Michael Moore has a new movie coming out Friday called "Capitalism: A Love Story." NPR's Neal Conan interviews Moore on "Talk of the Nation."
Moore has a definite point of view and usually makes some points that catch my attention. I'll pull two quotes from this interview.
First, Moore suggests things in the US started getting difficult "around the time of Ronald Reagan." Here's one piece of supporting evidence. A 2005 UCLA study titled "Income and Wealth Concentration in Switzerland over the 20th Century" includes this figure illustrating that around the time of Ronald Reagan the share of income of the top 0.1% income earners in the US more than tripled. The very rich suddenly got very richer:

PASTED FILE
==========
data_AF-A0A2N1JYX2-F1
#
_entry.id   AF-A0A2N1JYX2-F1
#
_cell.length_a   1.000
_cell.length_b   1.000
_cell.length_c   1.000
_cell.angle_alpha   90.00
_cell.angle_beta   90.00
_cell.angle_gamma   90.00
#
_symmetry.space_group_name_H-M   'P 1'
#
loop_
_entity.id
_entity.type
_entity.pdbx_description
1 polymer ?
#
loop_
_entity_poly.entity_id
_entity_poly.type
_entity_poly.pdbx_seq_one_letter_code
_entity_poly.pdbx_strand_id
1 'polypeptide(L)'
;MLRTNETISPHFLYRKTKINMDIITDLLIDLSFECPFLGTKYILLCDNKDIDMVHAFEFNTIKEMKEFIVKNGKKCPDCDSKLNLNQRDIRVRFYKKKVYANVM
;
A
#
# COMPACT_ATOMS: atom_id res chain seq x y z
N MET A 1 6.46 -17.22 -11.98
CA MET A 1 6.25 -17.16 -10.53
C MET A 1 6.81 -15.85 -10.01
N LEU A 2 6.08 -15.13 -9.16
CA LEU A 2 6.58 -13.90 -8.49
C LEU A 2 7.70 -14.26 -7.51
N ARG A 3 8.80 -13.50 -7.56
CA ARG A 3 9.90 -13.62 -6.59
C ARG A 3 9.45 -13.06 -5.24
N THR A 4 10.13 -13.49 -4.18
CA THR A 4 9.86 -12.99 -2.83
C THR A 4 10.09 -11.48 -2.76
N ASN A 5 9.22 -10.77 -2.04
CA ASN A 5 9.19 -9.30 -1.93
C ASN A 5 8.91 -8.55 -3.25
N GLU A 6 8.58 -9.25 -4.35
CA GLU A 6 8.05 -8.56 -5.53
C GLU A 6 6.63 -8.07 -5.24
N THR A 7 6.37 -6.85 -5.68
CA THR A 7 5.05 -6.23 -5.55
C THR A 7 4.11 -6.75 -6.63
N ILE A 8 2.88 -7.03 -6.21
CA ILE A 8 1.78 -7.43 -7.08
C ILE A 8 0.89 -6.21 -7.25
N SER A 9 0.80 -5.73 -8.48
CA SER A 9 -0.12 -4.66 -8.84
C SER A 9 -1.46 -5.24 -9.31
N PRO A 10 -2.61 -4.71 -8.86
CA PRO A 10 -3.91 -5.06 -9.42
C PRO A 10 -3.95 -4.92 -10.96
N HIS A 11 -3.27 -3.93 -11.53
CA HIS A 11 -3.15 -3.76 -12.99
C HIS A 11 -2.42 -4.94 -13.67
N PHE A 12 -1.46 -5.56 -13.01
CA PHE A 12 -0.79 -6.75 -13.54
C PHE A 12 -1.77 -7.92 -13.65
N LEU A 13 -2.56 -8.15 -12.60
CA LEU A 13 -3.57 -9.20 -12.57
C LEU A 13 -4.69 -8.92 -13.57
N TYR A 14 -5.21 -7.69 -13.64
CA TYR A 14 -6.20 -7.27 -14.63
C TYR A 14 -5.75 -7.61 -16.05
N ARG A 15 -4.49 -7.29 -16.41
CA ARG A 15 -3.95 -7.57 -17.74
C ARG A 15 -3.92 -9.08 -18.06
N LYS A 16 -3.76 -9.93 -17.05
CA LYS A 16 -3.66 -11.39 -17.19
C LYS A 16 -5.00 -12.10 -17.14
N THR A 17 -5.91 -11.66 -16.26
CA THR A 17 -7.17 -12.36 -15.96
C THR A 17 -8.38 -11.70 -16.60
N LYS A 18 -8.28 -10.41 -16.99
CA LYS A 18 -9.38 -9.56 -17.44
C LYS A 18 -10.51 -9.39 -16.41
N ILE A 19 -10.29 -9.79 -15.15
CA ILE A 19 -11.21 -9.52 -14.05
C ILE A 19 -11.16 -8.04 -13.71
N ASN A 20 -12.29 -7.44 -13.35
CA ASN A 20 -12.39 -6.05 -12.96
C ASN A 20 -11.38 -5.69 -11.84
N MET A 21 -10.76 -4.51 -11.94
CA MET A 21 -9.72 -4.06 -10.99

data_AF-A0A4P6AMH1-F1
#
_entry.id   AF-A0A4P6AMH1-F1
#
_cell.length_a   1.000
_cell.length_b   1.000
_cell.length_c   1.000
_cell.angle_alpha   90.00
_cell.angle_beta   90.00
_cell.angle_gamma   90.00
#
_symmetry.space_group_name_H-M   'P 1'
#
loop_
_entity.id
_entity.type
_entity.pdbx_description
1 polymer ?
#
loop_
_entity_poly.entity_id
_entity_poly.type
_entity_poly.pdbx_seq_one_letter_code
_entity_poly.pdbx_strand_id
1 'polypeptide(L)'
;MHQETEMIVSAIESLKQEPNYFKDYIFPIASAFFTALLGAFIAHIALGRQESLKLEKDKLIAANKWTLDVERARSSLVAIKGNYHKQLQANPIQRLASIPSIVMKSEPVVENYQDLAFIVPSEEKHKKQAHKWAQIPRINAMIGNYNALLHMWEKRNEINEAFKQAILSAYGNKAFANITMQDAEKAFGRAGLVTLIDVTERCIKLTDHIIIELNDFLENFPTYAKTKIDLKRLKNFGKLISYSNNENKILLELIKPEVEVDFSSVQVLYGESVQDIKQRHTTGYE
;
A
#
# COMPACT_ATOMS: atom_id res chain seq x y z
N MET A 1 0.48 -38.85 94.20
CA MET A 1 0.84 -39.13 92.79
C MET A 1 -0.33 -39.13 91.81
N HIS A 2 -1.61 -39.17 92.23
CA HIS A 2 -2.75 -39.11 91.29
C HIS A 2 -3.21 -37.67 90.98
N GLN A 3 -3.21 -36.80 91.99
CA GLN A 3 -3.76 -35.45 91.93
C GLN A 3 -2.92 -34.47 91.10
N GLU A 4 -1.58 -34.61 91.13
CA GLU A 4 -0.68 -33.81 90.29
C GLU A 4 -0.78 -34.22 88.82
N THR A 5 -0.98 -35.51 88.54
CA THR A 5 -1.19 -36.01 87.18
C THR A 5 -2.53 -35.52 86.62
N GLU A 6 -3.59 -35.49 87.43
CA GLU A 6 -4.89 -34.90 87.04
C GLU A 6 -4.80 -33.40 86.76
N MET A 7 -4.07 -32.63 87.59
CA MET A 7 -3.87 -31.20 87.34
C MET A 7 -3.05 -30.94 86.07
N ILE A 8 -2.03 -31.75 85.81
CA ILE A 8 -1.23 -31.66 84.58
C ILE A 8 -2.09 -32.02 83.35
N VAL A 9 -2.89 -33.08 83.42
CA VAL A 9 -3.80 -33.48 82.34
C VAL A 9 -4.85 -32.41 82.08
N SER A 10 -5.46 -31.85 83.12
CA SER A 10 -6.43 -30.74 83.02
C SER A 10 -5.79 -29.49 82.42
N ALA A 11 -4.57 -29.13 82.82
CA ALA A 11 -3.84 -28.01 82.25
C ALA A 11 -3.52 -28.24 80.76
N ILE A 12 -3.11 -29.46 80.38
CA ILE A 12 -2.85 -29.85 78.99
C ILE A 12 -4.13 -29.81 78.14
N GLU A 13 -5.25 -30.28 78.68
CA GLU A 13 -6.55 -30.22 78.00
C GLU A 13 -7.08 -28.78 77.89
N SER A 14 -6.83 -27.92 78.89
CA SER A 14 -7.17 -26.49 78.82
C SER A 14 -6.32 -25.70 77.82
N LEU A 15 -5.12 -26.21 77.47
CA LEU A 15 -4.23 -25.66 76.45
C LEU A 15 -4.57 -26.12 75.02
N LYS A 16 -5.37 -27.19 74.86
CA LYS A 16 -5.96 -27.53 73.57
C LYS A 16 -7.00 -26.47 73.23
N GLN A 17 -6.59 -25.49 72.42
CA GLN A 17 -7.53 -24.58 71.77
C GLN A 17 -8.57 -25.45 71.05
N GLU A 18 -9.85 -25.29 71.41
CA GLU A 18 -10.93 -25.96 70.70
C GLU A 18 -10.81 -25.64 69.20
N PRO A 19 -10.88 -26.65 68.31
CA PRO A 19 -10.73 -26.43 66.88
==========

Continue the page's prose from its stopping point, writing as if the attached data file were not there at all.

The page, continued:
A second statement by Moore also caught my attention. He said "the wealthiest 1% has more financial wealth than the bottom 95%." A 2005 study by the Federal Reserve Bank of Chicago titled "Wealth inequality: data and models" has a Table which address this point (Tables 1, p. 7). I've rewritten the table to compare to Moore's statement:
|Wealth held by top 1%:||32.7%|
|Wealth held by bottom 95%:||42.3%|
|Wealth held by bottom 90%:||30.2%|
|Wealth held by bottom 50%:||2.8%|
So this study does not quite support Moore's claim. The wealthiest 1% have more than the bottom 90%, but not quite more than the bottom 95%.
Still, he's just about right. The rich are really very, very rich compared to everyone else. And since the 1980s, they've been getting richer. Let them eat cake.